Warning on migrant bird numbers
The UK is in danger of losing some of the most distinctive sounds of summer, including the cuckoo's call, as migrant bird numbers plummet, a wildlife trust has warned.
The 2010 breeding bird survey, run by the British Trust for Ornithology (BTO), shows that eight out of the 10 species with the highest declines in numbers over the past 15 years are birds which migrate to sub-Saharan Africa for the winter.
Cuckoo numbers have fallen by almost half (48%) since 1995, wood warblers have seen numbers fall by 60% and whinchat and yellow wagtail populations have dropped by 55%.
The worst-hit species is the turtle dove, which has seen numbers fall by almost three quarters (74%) in the past 15 years - and last year alone saw populations slump by more than a fifth (21%).
The crisis also appears to be worsening for the nightingale, whose populations have tumbled by almost two-thirds (63%) since 1995 and fell by 27% in a year between 2009 and 2010.
Martin Davies, of the charity RSPB, said: "The cuckoo and the gentle purring of a turtle dove provide a comforting vocal backdrop to picnics and village cricket games. However, we are in danger of losing these sentinels of summer as the birds' populations have slumped since the mid-1990s."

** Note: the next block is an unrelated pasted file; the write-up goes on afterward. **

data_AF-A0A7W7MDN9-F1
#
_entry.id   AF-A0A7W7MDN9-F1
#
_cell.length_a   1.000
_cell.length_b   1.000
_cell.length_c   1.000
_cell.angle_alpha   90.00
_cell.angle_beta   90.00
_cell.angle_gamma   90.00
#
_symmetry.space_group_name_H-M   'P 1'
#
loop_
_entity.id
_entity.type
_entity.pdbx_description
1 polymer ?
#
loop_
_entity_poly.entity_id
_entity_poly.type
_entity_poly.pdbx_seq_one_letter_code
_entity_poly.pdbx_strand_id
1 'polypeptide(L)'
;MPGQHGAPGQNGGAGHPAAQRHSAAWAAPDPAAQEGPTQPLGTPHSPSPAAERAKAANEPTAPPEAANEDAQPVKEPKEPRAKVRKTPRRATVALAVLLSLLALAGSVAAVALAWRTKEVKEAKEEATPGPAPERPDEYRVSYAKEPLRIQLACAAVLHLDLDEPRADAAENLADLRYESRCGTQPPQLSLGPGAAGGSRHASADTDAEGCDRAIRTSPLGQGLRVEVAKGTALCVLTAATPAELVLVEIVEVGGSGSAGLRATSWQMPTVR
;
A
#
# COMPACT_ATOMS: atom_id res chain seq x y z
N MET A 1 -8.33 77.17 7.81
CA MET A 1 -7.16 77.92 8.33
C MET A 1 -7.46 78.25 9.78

The RSPB is warning that similar declines are being seen across Europe and species were at risk of "just disappearing off the map".
The list of 10 species with the worst declines in numbers since 1995 was dominated by migratory birds: the turtle dove, the wood warbler, the nightingale, whinchat, yellow wagtail, pied flycatcher, cuckoo and spotted flycatcher.
Year-round residents the willow tit and grey partridge declined by 76% and 54% respectively over the period.
The survey, which is funded by the BTO, the Joint Nature Conservation Committee and RSPB, also revealed that kingfisher numbers fell by 39% last year, probably due to the freezing weather.